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John 21J.B. Phillips New Testament (PHILLIPS)

The risen Jesus and Peter

21 1-4 Later on, Jesus showed himself again to his disciples on the shore of Lake Tiberias, and he did it in this way. Simon Peter, Thomas (called the Twin), Nathanael from Cana in Galilee, the sons of Zebedee and two other disciples were together, when Simon Peter said, “I’m going fishing.” “All right,” they replied, “we’ll go with you.” So they went out and got into the boat and during the night caught nothing at all. But just as dawn began to break, Jesus stood there on the beach, although the disciples had no idea that it was Jesus.

“Have you caught anything, lads?” Jesus called out to them. “No,” they replied.

6-7a “Throw the net on the right side of the boat,” said Jesus, “and you’ll have a catch.” So they threw out the net and found that they were now not strong enough to pull it in because it was so full of fish! At this, the disciple that Jesus loved said to Peter, “It is the Lord!”

7b-11 Hearing this, Peter slipped on his clothes, for he had been naked, and plunged into the sea. The other disciples followed in the boat, for they were only about a hundred yards from the shore, dragging in the net full of fish. When they had landed, they saw that a charcoal fire was burning, with a fish placed on it, and some bread. Jesus said to them, “Bring me some of the fish you’ve just caught.” So Simon Peter got into the boat and hauled the net ashore full of large fish, one hundred and fifty-three altogether. But in spite of the large number the net was not torn.

12 Then Jesus said to them, “Come and have your breakfast.” None of the disciples dared to ask him who he was; they knew it was the Lord.

13-14 Jesus went and took the bread and gave it to them and gave them all fish as well. This is already the third time that Jesus showed himself to his disciples after his resurrection from the dead.

15 When they had finished breakfast Jesus said to Simon Peter, “Simon, son of John, do you love me more than these others?” “Yes, Lord,” he replied, “you know that I am your friend.”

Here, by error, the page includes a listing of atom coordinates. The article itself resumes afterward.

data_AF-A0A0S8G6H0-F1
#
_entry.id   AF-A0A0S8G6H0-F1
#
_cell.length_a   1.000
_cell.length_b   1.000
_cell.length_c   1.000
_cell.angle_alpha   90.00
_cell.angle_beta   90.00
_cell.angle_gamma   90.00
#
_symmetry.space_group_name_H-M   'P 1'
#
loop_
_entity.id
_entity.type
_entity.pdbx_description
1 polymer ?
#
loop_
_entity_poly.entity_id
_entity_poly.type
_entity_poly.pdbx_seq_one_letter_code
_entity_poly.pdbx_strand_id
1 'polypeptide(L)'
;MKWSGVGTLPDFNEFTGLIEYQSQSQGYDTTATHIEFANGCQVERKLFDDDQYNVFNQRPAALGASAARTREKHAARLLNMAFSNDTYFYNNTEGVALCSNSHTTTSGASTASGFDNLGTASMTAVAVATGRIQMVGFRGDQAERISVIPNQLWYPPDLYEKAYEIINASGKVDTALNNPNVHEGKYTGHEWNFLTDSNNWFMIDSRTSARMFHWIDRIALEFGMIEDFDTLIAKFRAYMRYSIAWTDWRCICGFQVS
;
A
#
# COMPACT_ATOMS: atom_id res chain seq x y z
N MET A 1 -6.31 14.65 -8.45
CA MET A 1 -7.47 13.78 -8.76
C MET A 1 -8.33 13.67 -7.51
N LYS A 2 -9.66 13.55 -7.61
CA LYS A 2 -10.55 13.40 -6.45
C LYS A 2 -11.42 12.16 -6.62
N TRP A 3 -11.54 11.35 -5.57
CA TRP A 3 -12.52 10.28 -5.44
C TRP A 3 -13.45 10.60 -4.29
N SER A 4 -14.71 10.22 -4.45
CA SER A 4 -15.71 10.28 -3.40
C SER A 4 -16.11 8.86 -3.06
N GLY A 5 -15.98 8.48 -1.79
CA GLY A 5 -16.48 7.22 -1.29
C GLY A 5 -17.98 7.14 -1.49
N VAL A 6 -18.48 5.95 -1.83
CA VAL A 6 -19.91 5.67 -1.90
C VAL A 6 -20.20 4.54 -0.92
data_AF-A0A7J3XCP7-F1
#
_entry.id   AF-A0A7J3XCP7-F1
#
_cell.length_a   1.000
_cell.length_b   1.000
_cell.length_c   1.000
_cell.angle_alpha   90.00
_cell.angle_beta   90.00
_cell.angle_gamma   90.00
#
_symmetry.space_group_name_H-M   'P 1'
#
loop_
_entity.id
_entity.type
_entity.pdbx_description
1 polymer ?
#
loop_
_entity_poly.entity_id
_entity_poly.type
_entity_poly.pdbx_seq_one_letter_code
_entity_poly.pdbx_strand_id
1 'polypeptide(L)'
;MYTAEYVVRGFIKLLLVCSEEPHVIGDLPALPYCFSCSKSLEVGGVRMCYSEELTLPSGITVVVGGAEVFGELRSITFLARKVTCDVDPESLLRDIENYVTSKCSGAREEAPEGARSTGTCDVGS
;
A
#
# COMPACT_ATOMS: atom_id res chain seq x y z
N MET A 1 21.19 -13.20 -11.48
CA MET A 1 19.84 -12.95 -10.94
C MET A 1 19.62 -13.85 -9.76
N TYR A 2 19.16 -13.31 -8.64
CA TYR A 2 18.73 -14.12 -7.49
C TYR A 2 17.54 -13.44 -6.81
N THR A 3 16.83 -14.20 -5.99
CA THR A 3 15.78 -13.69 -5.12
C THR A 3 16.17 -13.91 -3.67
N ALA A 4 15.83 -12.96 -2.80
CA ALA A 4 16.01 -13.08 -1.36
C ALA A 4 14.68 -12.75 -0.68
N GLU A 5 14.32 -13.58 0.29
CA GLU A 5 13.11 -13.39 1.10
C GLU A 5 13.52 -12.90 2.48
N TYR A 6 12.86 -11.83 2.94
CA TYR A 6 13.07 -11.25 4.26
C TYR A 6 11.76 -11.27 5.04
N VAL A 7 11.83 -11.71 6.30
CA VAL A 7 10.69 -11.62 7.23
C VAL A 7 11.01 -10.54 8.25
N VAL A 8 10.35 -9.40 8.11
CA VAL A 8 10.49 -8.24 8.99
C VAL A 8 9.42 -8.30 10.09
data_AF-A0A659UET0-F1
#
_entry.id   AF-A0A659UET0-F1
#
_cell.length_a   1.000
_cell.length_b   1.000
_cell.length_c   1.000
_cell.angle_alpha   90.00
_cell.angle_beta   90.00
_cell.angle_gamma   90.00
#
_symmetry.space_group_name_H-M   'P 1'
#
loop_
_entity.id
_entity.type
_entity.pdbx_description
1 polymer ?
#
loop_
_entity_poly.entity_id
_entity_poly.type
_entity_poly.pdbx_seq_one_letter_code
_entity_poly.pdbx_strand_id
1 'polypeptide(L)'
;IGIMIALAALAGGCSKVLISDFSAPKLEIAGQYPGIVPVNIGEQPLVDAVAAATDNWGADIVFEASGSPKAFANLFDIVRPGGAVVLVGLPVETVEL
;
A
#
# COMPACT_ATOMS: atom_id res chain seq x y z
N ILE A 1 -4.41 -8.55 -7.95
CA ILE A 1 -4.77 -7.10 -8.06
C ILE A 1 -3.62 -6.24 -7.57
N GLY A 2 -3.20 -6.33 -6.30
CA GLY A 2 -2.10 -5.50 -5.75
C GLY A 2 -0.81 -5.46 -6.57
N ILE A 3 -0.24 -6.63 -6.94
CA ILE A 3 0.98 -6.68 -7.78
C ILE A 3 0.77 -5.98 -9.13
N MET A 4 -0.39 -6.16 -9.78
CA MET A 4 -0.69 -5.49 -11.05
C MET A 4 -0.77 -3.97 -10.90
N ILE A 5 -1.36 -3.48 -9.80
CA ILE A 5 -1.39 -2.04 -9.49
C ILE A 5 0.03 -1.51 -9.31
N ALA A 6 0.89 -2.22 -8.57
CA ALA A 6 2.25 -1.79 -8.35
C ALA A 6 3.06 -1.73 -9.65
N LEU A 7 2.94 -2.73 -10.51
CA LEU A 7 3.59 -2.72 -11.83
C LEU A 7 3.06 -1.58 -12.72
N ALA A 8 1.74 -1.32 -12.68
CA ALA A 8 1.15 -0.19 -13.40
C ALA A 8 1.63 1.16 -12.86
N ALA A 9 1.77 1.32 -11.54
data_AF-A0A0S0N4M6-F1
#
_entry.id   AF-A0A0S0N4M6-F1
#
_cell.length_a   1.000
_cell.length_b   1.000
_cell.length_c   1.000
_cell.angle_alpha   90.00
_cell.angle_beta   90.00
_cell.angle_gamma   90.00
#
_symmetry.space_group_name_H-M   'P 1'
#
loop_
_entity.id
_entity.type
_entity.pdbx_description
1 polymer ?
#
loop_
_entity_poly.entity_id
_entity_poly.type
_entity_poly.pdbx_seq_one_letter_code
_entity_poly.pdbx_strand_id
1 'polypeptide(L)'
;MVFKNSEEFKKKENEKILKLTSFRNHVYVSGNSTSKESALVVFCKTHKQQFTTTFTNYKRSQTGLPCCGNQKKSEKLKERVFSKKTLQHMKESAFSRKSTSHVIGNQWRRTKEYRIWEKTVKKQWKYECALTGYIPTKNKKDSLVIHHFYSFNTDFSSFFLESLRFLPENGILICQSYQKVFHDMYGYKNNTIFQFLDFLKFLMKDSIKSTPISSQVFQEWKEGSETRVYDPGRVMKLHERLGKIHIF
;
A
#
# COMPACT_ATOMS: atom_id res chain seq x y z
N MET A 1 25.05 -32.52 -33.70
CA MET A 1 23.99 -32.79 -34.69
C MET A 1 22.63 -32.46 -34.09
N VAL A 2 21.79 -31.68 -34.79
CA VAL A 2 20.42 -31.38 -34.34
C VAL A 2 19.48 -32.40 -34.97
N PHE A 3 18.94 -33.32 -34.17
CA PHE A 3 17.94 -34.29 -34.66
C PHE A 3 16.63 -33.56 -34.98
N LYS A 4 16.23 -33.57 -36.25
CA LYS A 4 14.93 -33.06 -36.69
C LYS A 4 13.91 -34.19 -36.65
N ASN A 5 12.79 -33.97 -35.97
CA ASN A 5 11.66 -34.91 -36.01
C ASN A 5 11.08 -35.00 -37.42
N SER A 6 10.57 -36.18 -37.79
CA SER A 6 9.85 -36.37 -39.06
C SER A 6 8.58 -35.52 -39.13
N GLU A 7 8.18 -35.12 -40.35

16 “Then feed my lambs,” returned Jesus. Then he said for the second time, “Simon, son of John, do you love me?” “Yes, Lord,” returned Peter. “You know that I am your friend.”

17 “Then care for my sheep,” replied Jesus. Then for the third time, Jesus spoke to him and said, “Simon, son of John, are you my friend?” Peter was deeply hurt because Jesus’ third question to him was “Are you my friend?”, and he said, “Lord, you know everything. You know that I am your friend!”

18 “Then feed my sheep,” Jesus said to him. “I tell you truly, Peter, that when you were younger, you used to dress yourself and go where you liked, but when you are an old man, you are going to stretch out your hands and someone else will dress you and take you where you do not want to go.”

19 (He said this to show the kind of death—by crucifixion—by which Peter was going to honour God.) Then Jesus said to him, “You must follow me.”

20-21 Then Peter turned round and noticed the disciple whom Jesus loved following behind them. (He was the one who had his head on Jesus’ shoulder at supper and had asked, “Lord, who is the one who is going to betray you?”) So he said, “Yes, Lord, but what about him?”

22 “If it is my wish,” returned Jesus, “for him to stay until I come, is that your business, Peter? You must follow me.”

23 This gave rise to the saying among the brothers that this disciple would not die. Yet, of course, Jesus did not say, “He will not die,”, but simply, “If it is my wish for him to stay until I come, is that your business?”

All the above was written by an eye-witness

24-25 Now it is this same disciple who is hereby giving his testimony to these things and has written them down. We know that his witness is reliable. Of course, there are many other things which Jesus did, and I suppose that if each one were written down in detail, there would not be room in the whole world for all the books that would have to be written.

J.B. Phillips New Testament (PHILLIPS)

The New Testament in Modern English by J.B Phillips copyright © 1960, 1972 J. B. Phillips. Administered by The Archbishops’ Council of the Church of England. Used by Permission.

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